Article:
It is also important that one react appropriately during the course of the investigation. The licensee should always act professionally, politely and show respect for the authority and the office of the agents. However, that does not mean that one must consent to the waiver of constitutional rights. When contacted by authorities for an interview, the licensee should have the presence of mind to decline answering questions and simply invoke the right to counsel. If counsel is already engaged, then refer the agents to counsel. If one speaks with authorities one must answer truthfully, but remember although may be a crime to lie in the course of a federal investigation, it is not a crime or a negative to request the opportunity to speak with counsel, and one cannot be forced to give up the right to counsel. Do not speak with authorities without the benefit of counsel.
If served with a subpoena, the same presence of mind should be employed. Politely take the subpoena; do not discuss it with the serving agents, and let them know you will forward it to your attorney. Do not produce the records called for in a subpoena “on-the-spot.” Subpoenas will usually give a timeframe in which to respond and counsel may also be able to obtain extensions for that response. A determination must be made of how onerous it will be to respond to a subpoena for records, and records need to be produced in an orderly fashion and examined for privilege and responsiveness. These are tasks for legal counsel and therefore records should never be turned over to the government in a federal investigation, or any investigation for that matter, without being reviewed by legal counsel, regardless of whether the records appear to be innocuous.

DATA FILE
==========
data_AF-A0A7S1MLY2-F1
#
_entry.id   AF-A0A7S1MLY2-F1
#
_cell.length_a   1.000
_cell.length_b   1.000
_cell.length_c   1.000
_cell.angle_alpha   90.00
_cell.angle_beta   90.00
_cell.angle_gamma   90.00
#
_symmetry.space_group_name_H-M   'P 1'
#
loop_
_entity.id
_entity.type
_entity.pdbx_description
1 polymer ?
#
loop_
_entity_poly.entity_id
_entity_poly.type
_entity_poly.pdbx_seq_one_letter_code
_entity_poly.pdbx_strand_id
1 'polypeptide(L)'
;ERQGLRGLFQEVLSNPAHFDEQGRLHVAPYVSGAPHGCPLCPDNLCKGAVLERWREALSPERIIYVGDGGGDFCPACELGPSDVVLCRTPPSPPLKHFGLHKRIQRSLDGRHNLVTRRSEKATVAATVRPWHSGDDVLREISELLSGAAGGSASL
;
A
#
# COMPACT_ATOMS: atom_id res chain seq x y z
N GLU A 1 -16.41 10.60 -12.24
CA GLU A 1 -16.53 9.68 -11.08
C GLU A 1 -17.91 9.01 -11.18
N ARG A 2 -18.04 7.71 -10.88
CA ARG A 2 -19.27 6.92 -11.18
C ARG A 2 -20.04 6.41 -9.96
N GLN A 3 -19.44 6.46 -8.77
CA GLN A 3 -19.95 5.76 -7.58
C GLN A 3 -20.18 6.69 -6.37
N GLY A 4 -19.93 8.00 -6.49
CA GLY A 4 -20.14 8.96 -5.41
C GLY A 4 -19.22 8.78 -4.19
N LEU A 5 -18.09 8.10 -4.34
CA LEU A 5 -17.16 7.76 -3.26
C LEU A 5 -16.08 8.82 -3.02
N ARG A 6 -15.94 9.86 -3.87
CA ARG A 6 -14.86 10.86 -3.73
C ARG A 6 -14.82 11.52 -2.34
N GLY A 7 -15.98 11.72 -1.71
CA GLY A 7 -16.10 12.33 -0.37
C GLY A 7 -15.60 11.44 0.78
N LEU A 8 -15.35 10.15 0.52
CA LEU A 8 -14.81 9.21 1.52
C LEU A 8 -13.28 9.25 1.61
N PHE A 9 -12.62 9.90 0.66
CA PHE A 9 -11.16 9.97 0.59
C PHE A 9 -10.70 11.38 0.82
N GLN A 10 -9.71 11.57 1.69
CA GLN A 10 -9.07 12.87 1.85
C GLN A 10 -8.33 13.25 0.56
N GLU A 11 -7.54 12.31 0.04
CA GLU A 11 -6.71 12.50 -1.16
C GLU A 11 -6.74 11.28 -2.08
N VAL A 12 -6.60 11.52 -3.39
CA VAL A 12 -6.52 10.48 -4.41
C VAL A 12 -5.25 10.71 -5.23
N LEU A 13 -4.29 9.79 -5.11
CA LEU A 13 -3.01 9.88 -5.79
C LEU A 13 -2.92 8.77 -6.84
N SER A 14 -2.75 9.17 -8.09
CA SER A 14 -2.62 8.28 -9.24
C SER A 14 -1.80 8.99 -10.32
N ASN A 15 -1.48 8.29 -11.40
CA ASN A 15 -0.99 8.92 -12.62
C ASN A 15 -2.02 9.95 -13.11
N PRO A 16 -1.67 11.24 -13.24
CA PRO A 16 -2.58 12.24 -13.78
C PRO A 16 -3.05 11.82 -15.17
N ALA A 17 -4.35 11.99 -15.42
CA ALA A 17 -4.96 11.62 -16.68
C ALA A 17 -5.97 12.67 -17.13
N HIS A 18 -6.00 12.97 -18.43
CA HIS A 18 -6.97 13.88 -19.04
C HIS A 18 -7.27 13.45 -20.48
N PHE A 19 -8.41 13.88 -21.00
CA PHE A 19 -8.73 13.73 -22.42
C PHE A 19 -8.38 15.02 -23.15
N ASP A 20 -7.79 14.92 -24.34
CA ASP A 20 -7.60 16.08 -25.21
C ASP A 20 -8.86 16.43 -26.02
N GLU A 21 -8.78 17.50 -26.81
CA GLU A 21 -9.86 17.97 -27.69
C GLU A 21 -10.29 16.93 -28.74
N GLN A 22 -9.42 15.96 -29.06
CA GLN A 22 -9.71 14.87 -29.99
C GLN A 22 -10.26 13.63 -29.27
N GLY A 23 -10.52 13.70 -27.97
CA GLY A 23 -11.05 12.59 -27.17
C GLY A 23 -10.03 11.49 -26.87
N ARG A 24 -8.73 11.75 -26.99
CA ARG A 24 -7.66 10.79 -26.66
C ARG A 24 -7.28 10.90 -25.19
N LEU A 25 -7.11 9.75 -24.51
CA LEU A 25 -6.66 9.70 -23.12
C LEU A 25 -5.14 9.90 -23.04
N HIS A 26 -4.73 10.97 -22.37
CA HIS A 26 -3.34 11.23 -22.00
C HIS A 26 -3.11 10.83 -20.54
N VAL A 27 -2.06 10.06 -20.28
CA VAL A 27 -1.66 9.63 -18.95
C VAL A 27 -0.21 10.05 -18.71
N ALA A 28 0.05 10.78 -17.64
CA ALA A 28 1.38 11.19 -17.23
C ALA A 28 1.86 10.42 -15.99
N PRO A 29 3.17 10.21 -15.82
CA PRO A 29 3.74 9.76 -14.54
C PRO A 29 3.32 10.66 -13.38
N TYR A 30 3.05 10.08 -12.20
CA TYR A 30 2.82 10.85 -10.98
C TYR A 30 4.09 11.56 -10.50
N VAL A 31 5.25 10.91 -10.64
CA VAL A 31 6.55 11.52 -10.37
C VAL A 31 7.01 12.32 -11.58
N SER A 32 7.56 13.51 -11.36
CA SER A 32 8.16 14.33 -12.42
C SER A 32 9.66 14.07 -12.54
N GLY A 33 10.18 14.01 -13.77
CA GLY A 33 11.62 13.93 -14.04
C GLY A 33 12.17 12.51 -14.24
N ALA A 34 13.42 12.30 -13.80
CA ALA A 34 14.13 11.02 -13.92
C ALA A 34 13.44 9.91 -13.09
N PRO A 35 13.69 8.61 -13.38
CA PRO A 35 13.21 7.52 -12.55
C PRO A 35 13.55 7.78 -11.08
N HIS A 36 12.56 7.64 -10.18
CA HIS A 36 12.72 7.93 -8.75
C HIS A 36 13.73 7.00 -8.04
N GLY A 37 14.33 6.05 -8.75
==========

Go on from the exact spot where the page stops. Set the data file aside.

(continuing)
It also important to refrain from speaking with third parties about the investigation in any respect. Remember, any third parties may also be interviewed by the agents, and you must assume that all relevant individuals will be identified and questioned. Conversations with third parties are not privileged, and therefore these individuals can legally be forced to reveal what you said. These third parties could also be working with the federal agents as cooperators and/or recording the conversation. Also these conversations could be interpreted by federal agents as obstruction of justice, a cover-up, or intimidation of witnesses.
How Frier Levitt Can Help
Legal counsel can assist in the course of an investigation in many ways. It bears repeating that it is extremely important to have legal counsel engaged as early as possible. An attorney experienced in federal criminal investigations can help determine your status – whether you are the target (focus) of an investigation, subject, witness, or merely a person of interest. Counsel can also advise whether it is in your best interests to submit to an interview or to actually cooperate in the federal investigation. And, of course, counsel can conduct the production of documents in response to a subpoena for records, and handle preparation and legal issues regarding a request for an interview or a subpoena to testify.
A CMS investigation is no laughing matter; it is a federal criminal investigation of a particularized subject area. Effective legal representation encompasses expertise in both criminal and health care law, and legal counsel should be consulted immediately upon learning of the investigation. If you have any suspicion you are under investigation – by CMS or any other agency – contact Frier Levitt today.